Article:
Whether you are working with Linux, Windows or other RTOS, develop
custom OS runtime image for a targeted hardware platform, without help from
efficient development tool, is a daunting, tedious and time consuming task. To help simplify the complexity in developing
custom Compact 2013 OS runtime image, Microsoft provides the Platform Builder
suite of tools, a set of free plug-in for the Visual Studio 2012 and 2013 IDE,
available for download from Microsoft website.
In part-2 of this Compact 2013 getting started series, we will work
through the steps, using the Platform Builder plug-in for Visual Studio 2013,
to develop an OS design project and generate an OS runtime image for a target device.
For information about the development environment, please
refer to part-1 of this series (development environment and tools), via the
Board support package (BSP) for the target device (hardware
platform) is a software package that includes device drivers to support I/O
peripherals on the target device, OEM hardware adaptation layer code (OAL), boot
loader and other software components needed to build and deploy OS runtime onto
BSP is typically provided by the hardware vendor who design
and build the device and is one of the critical components needed to develop OS
runtime image for the device.
BSP development for Compact 2013 involves device driver
development and is an advanced subject not within the scope for this getting
started series to cover.
We will use the 86Duino_80B BSP to develop OS design for the EduCake,
which we use as the target device for the exercises in this getting started
series. The 86Duino_80B BSP is available
on Codeplex, via the following URL:
Using a development machine with VS2013 and
Platform Builder for Compact 2013 installed, let’s work through the following
steps to create a new OS design project:
Fig-01: New OS Design project.
Fig-02: BSP selection
Fig-03: Design Templates selection
Fig-04: OS Components selection
At this point, VS2013 created the initial workspace for the
new OS design project based on the BSP, design template and components selected. The following directories are created for the
This is the folder for the MyOSDesign solution.
VS2013 supports different project types. A solution provides a centralized workspace
to keep different project types supporting the same solution in one location.
For example, the MyOSDesign solution may include
the MyOSDesign OS design project, Visual C#
managed code application project and “Visual C++ native code application
project, all within the same VS2013 solution workspace.
The VS2013 IDE should look similar to the screen as shown in
Fig-05: VS2013 IDE with MyOSDesign project active
Next, to customize the OSDesign, we will work through the
steps to select and add BSP components to MyOSDesign from the Catalog Items
View window, as shown in Fig-05.
Expand component folders and select components from the 86Duino_80B BSP, as shown in Fig-06.
Fig-06: BSP components
Select and include the following BSP components to the OS design:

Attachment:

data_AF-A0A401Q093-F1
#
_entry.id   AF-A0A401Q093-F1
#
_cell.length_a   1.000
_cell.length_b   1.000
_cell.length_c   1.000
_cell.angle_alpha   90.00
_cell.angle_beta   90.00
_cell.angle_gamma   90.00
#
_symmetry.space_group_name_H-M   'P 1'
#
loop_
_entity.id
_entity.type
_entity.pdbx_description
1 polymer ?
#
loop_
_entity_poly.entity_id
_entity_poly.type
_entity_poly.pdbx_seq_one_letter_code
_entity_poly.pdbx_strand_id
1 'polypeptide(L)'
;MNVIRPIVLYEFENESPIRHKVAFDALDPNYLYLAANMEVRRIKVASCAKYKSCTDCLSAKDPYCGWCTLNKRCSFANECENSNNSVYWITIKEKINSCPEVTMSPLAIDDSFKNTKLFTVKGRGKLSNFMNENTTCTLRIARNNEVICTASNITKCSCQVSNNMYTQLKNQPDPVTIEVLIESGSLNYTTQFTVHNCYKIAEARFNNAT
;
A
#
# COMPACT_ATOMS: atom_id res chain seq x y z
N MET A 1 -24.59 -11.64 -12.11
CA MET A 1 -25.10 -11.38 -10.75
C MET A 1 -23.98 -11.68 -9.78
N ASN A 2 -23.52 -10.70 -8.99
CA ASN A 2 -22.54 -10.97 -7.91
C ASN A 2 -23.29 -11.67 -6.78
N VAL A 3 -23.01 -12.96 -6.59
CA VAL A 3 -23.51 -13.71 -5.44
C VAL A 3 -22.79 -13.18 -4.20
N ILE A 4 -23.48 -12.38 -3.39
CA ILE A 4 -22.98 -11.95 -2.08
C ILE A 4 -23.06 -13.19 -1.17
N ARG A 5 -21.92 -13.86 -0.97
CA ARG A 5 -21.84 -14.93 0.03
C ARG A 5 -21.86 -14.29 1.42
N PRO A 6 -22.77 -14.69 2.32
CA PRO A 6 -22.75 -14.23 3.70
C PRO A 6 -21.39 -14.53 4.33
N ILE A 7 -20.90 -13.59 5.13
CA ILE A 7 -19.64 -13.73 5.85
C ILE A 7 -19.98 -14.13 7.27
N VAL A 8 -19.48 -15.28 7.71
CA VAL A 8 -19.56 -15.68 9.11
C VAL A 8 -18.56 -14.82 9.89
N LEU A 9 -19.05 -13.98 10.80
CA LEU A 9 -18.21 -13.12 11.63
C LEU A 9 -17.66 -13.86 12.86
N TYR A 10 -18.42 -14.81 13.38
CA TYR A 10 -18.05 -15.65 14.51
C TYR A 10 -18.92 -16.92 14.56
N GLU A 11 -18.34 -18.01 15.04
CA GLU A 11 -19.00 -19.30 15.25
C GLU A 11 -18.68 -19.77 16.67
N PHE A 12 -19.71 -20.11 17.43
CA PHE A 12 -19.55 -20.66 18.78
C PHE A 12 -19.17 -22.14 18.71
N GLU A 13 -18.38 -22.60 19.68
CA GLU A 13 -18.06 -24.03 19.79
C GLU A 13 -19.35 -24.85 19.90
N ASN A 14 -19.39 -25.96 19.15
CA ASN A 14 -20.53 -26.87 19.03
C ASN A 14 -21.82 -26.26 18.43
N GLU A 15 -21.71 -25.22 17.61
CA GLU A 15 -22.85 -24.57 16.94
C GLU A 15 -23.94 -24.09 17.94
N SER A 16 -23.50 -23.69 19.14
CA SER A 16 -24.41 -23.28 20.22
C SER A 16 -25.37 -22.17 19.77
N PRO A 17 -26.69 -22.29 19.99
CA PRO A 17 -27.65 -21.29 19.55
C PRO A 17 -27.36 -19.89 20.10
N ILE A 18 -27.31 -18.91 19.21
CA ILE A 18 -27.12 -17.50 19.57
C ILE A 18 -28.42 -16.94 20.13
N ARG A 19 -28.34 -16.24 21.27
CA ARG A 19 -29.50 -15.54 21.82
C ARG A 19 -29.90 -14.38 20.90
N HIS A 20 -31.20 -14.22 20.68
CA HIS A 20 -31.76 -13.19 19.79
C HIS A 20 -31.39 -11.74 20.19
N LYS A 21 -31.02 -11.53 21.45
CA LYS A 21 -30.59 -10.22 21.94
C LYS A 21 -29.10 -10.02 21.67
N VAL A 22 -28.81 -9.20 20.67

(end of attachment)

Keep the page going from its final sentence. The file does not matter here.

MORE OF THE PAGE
* R6040 Ethernet driver
* 1st Serial Port
* ATAPI PCI/IDE Storage Block Driver
Driver to support IDE, SATA, Compact Flash, SD and
* Hive-based registry support
The Hive-based registry component needed to save
registry settings to non-volatile storage between power reset (cold boot).
* Aggressive flushing
Enable a background thread to actively flush and save
changes to the registry.
* USB Mass Storage Class driver
This component set the SYSGEN_USB_STORAGE environment
variable to include the USB storage class driver to support external USB
storage devices, including USB flash and portable USB hard drive.
In addition to the BSP components to support the target
device’s I/O peripherals, additional OS components are needed to support the device’s application
and function, as shown in Fig-07.
OS components are under the \Core OS\Windows Embedded Compact folder in the Catalog Items View
window. During the steps to create the initial OS design workspace, the OS
design wizard included a number of OS components, based on the selected design
template, to the OS design.
Select and add the following OS components to the OS design:
* Display Driver Stub
Compact 2013 OS, similar to the Windows OS for the
desktop, is design to support rich user interface environment and is heavily
dependent on GWES (Graphics, Windowing and Events Subsystem), even for headless
configuration. The Display Driver Stub
component is null display driver.
With the required BSP and OS components added to the OS design
project, it’s time to build and generate the OS runtime image. From the VS2013 IDE, select BuildàBuild
Solution to build the project.
Depending on the PC’s performance, it may take anywhere from
10 to 20+ minutes to complete the build process. When the build process is completed, the
VS2013 IDE’s Output tab display the build result, as shown in Fig-08.
Fig-08: Build completed
When the build is successful,
the build ends with zero error and generate an OS runtime image file, NK.bin,
in the following build release directory:
NK.bin is the actual OS runtime image to deploy
on the device for distribution to the end user.
When the build ends
with 1 or more error, it does not generate an OS runtime image. Review the build.log and build.err
files in the C:\WINCE800\ folder to analyze problem.
While the process to develop
custom OS runtime image for any hardware platform is a complex process, as you
can see from the OS design development exercise in this series, the Compact
2013 development environment greatly simplified the process and tasks needed to
create and customize an OS runtime image for a designated device.
In part-3 of this series, we will work through the steps to download the OS runtime image to a target device (86Duino EduCake) for testing and debug.
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